On July 7th, Emmanuel Chidi Namdi, a Nigerian refugee living with his wife in the town of Fermo, in central Italy, died of injuries he sustained when a local man, Amedeo Mancini, who had reportedly been racially abusing Namdi’s wife, attacked him. Amedeo Mancini, 39, allegedly referred to the 24-year-old woman as a “monkey”, and attacked Namdi when he attempted to defend her. Namdi – who fled the terrorist group Boko Haram with his wife, suffering the death of his son while crossing Lybia – fell into a coma and was pronounced dead a few hours later. Despite the Italian media’s efforts to de-emphasise Mancini’s extremist opinions, this was a racist attack, and a racist assassination.
“Contro il razzismo” (Einaudi 2016), the anti-racist manifesto that Federico has recently co-authored together with anthropologist Marco Aime, geneticist Guido Barbujani, and sociologist Clelia Bartoli. The authors will be on tour for a long seires of public talks and presentations next Autumn in Italy.
The next day, Dr Federico Faloppa, Assistant Professor of Italian in the Department of Modern Languages and European Studies at the University of Reading, published an open letter to the President of the Italian Chamber of Deputies (Camera dei Deputati), MP Laura Boldrini, to call for a national campaign against racism and hate speech, drawing on the voluntarily work of scholars, teachers, journalists, activists. For more than fifteen years Dr Faloppa has worked to deconstruct and delegitimise racist discourse, organising anti-racist campaigns and activities in Italy. In a few hours his open letter went viral and become a petition which, thanks to Italian journalists Barbara Bonomi Romagnoli and Daniele Barbieri, collected the signatures of some of the most prominent Italian anti-racism campaigners, eventually reaching President Laura Boldrini’s staff.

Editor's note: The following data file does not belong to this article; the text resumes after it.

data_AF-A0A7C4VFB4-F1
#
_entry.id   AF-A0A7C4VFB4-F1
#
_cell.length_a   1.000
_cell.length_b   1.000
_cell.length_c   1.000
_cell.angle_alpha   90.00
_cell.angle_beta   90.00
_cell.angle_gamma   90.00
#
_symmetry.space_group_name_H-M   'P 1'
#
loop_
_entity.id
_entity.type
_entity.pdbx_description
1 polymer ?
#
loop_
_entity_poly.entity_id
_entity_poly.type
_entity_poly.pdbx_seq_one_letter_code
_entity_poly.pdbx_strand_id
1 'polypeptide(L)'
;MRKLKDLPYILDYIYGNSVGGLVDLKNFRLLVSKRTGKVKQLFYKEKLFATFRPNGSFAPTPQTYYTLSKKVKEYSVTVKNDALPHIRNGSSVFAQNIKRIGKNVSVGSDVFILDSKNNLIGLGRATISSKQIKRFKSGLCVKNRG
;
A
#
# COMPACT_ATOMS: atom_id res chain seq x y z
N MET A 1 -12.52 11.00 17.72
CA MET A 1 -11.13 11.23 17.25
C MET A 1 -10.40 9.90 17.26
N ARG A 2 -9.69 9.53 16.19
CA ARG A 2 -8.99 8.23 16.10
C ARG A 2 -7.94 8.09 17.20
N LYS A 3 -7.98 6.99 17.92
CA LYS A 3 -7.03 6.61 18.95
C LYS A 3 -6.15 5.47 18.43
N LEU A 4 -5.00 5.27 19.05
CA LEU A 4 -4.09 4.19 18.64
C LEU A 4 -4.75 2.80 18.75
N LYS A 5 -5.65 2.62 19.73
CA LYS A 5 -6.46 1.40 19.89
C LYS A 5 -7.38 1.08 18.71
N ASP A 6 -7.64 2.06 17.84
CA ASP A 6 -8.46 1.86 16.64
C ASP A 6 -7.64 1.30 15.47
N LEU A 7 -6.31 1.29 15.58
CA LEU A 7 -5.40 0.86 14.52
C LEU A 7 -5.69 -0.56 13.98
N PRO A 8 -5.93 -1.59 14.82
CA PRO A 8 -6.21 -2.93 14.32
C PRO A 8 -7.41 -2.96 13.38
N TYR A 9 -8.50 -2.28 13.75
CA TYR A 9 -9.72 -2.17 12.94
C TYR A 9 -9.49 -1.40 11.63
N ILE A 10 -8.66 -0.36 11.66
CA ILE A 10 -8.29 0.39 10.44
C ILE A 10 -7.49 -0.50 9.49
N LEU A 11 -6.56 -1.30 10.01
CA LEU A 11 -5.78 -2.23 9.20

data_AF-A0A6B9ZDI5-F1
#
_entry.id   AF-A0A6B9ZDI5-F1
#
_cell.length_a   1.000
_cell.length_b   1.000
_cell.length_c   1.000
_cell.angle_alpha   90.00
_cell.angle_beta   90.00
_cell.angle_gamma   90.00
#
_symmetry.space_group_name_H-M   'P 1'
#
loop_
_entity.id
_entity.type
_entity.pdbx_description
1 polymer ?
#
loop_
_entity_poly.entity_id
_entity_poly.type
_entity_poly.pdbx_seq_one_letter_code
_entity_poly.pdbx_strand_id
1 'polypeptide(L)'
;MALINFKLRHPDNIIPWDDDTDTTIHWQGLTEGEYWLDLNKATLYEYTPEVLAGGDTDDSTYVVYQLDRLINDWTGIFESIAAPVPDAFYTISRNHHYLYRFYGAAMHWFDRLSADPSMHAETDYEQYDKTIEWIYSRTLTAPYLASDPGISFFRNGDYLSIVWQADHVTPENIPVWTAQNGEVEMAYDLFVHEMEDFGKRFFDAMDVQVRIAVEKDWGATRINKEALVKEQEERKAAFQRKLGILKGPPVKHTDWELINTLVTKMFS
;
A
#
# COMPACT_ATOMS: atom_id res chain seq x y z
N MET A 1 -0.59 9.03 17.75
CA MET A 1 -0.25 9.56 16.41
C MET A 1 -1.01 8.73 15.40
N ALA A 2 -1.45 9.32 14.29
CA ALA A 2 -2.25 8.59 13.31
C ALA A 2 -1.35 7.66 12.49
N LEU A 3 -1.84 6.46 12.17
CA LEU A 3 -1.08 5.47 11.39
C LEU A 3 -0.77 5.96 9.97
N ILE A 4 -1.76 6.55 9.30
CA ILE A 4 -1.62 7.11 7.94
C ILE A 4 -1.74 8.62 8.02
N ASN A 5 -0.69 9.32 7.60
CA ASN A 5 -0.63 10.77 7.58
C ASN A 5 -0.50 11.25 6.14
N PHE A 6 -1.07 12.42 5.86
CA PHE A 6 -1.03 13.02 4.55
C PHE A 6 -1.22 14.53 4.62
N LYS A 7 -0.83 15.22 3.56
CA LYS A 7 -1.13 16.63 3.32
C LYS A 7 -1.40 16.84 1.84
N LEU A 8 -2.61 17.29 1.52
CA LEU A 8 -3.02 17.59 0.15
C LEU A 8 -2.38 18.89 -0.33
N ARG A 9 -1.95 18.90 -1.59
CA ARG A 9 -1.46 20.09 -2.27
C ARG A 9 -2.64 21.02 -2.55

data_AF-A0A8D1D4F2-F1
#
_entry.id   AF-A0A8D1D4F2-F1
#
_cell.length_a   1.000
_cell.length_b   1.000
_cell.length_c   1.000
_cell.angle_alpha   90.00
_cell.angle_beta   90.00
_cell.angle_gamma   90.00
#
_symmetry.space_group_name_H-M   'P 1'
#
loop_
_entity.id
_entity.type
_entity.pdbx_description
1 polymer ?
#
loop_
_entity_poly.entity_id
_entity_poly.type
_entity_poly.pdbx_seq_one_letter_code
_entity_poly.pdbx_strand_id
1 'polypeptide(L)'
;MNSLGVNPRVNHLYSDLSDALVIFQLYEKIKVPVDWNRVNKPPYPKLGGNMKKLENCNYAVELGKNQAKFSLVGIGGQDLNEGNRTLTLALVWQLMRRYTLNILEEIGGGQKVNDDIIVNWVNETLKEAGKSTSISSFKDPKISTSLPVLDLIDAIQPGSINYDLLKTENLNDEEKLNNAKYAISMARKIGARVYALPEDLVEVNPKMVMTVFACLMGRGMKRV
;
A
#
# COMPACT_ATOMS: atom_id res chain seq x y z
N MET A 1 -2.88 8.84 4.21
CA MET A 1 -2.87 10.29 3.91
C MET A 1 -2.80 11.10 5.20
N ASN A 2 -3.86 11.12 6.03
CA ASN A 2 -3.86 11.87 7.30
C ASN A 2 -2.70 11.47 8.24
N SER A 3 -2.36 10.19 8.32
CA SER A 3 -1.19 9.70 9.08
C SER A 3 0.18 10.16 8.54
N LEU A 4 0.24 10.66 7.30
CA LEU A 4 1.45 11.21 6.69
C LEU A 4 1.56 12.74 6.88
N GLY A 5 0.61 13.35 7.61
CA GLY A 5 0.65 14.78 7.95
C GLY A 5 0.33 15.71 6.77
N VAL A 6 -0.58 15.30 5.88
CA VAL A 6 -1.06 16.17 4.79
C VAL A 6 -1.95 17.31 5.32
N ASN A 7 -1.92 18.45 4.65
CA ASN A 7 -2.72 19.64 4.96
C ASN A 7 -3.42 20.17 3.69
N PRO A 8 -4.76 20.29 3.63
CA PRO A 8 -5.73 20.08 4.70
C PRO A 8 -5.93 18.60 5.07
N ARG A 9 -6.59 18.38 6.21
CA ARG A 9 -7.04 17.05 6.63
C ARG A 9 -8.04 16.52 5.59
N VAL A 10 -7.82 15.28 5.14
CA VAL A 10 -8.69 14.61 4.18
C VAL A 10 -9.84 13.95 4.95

A few days later, President Boldrini replied to Dr Faloppa, thanking him and the other supporters for their letter and their offer to contribute to a national campaign coordinated by her and her members of staff. In her reply, President Boldrini also mentioned the recently formed Parliamentary Commission against racism, xenophobia an hate speech that she chairs, and has named after the British MP Jo Cox, murdered by an extremist on June 16th in Leeds. Expressing her hope that Dr Faloppa’s initiatives can join the activities coordinated by the Commission, President Boldrini expressed interest in future collaborations on these important matters.
Dr Faloppa’s efforts make clear that collaborations between scholars, activists and policy makers is the best option available for a sound, long-term campaign to culturally and politically contrast racism and xenophobia in Italy and beyond.
To find out more about Dr Faloppa’s work and how you can get involved, and to learn about the engagement and outreach of other scholars in the Department of Modern Languages and European Studies at the University of Reading, we invite you to check out the Reading Reacts section of our blog, to like us on Facebook, and to subscribe to our Twitter feed.
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